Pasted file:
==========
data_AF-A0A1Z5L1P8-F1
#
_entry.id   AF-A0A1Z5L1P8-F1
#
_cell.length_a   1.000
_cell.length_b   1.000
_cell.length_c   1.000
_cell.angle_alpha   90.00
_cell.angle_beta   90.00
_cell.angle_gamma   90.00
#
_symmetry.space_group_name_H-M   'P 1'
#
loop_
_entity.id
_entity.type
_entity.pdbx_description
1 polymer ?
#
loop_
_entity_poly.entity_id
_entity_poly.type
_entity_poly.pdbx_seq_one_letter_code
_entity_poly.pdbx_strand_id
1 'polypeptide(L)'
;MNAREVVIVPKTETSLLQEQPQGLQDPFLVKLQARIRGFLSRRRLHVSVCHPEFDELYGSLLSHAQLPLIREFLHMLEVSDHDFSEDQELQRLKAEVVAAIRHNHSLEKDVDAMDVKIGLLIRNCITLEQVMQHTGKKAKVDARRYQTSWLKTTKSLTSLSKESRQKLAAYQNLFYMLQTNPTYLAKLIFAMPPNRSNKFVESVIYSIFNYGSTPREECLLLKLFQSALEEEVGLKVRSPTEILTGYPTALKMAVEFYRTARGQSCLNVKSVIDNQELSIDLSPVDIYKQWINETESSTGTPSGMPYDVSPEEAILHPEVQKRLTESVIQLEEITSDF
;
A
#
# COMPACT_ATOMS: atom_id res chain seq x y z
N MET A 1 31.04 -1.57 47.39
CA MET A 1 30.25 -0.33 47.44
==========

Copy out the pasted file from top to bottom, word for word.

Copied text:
data_AF-A0A1Z5L1P8-F1
#
_entry.id   AF-A0A1Z5L1P8-F1
#
_cell.length_a   1.000
_cell.length_b   1.000
_cell.length_c   1.000
_cell.angle_alpha   90.00
_cell.angle_beta   90.00
_cell.angle_gamma   90.00
#
_symmetry.space_group_name_H-M   'P 1'
#
loop_
_entity.id
_entity.type
_entity.pdbx_description
1 polymer ?
#
loop_
_entity_poly.entity_id
_entity_poly.type
_entity_poly.pdbx_seq_one_letter_code
_entity_poly.pdbx_strand_id
1 'polypeptide(L)'
;MNAREVVIVPKTETSLLQEQPQGLQDPFLVKLQARIRGFLSRRRLHVSVCHPEFDELYGSLLSHAQLPLIREFLHMLEVSDHDFSEDQELQRLKAEVVAAIRHNHSLEKDVDAMDVKIGLLIRNCITLEQVMQHTGKKAKVDARRYQTSWLKTTKSLTSLSKESRQKLAAYQNLFYMLQTNPTYLAKLIFAMPPNRSNKFVESVIYSIFNYGSTPREECLLLKLFQSALEEEVGLKVRSPTEILTGYPTALKMAVEFYRTARGQSCLNVKSVIDNQELSIDLSPVDIYKQWINETESSTGTPSGMPYDVSPEEAILHPEVQKRLTESVIQLEEITSDF
;
A
#
# COMPACT_ATOMS: atom_id res chain seq x y z
N MET A 1 31.04 -1.57 47.39
CA MET A 1 30.25 -0.33 47.44